The Lady Volunteers only has one regular rotation player that stands less than 6'0, Briana Banks who is 5'2. And the Lady Volunteers used their length offensively, as it was difficult for the Lady Bulldogs to contest their shots, especially Angie Bjorklund's shots, who, coming off multiple screens throughout the day, connected on 4-of-9 from three point range.
"They are big. You are going to have to set good screens," said MSU head coach Sharon Fanning-Otis. "If you are not setting screens at a good angle, then not only are they guarding the perimeter, but they are now guarding the middle. (Since) we don't have people in the right spot and we are not seeing people."
The Lady Volunteers were just too much for the Lady Bulldogs and dominated the game end to end, something that hasn't happen recently in this series.
"I am very, very, very disappointed relative to work ethic," said Fanning-Otis. "For those of you from our area, we let you down in a big way relative to just the character and class with which we played. We are going to strive to coach better, and these players are going to strive to play better. I say that because I expect to win. I don't expect to come in and just play a game and say, 'great effort.' I want to compete and win every game. When it is a game like today, there were several phases of it where we just totally shut down, and we can't do that.
"I realize we have a starter that is out, and there are new people in some new roles. That just means that everybody else who does have experience is going to have to step up and communicate better.
"I know the rebounding is somewhat close, but to me it wasn't even in the (same) park. We had 20 missed shots at halftime and only four offensive rebounds. If you are missing shots, you have to find a way to rebound and find extra shots. We have to find a way to play pressure defense. We have to find a way to penetrate the seam. There were times when we did that, but times against Tennessee are not good enough. You have to guard hard and be alert.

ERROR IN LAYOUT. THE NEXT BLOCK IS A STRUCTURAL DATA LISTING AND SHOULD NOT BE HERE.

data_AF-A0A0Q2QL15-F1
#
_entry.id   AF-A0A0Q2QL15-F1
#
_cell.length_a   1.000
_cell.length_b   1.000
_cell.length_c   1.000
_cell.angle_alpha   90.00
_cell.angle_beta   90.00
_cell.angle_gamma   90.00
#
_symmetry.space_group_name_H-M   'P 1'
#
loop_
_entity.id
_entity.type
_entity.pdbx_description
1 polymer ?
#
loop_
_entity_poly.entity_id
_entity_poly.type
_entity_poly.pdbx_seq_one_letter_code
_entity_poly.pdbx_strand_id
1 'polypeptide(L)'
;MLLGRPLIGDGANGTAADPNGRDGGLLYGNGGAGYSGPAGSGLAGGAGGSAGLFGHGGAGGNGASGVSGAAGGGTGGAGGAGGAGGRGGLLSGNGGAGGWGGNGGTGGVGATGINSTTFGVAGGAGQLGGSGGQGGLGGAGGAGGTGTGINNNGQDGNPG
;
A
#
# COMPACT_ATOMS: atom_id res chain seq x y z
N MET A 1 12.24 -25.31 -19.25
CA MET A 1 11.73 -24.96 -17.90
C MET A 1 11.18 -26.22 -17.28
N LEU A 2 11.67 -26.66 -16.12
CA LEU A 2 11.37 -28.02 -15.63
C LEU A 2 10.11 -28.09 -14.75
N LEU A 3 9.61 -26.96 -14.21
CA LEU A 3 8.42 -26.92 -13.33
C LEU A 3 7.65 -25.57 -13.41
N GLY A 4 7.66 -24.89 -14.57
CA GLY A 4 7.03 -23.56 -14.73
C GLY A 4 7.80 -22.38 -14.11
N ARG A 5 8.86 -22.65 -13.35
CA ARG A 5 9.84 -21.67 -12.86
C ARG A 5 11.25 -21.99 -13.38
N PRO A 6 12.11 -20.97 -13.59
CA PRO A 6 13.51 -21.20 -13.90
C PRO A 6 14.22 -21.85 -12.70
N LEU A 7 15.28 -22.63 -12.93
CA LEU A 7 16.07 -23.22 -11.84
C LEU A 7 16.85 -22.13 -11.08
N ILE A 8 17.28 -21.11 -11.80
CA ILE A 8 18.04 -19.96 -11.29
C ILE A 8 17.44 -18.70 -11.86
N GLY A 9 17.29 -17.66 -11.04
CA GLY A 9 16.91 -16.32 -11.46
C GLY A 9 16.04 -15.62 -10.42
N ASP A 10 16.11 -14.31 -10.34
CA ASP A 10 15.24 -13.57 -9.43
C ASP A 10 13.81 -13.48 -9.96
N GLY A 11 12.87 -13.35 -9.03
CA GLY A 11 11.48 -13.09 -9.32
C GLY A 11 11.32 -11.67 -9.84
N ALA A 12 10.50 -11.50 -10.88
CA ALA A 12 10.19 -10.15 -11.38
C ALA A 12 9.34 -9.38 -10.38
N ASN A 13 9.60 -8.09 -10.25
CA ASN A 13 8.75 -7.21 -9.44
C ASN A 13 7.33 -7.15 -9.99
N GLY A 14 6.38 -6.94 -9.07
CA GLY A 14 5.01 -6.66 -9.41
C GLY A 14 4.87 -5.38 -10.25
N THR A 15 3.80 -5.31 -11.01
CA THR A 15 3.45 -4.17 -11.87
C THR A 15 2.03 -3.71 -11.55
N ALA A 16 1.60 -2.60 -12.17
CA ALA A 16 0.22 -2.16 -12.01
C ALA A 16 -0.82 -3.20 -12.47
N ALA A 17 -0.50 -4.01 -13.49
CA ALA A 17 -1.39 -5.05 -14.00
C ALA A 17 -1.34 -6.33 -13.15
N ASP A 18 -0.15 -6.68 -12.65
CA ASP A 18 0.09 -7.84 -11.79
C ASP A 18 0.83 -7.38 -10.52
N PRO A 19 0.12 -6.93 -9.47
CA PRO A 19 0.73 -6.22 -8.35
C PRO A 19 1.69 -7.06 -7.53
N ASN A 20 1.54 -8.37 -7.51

"I am just totally disappointed in our effort. I know we are going to regroup and evaluate it and move on. You have to give credit to Tennessee."
Player of the Game:
I will start giving a player of the game award after every game to the player who I felt had the biggest impact on the game regardless of the stats or of the team.
Tennessee's Glory Johnson, totaling 16 points and 15 rebounds, proved to be too much for the Lady Bulldogs due to her combination of height and athleticism. She was a beast on the boards, getting many of her points off of put backs while also showing great leadership. Johnson should be a force the rest of the season for the Lady Volunteers, possibly helping them to a ninth national title.
"Johnson was very efficient with her touches, kept her composure, and worked to get open," said Summitt. "She did a great job of picking and choosing her options on the offensive side based on how Mississippi State's defense responded. Johnson is a very quick jumper which presents her with an advantage on the glass. I'm very proud of her and this game was something she needed for herself and her confidence."
Jeremiah Short is a columnist who covers various Mississippi State sports for GenesPage.com. He can be reached by email at firstname.lastname@example.org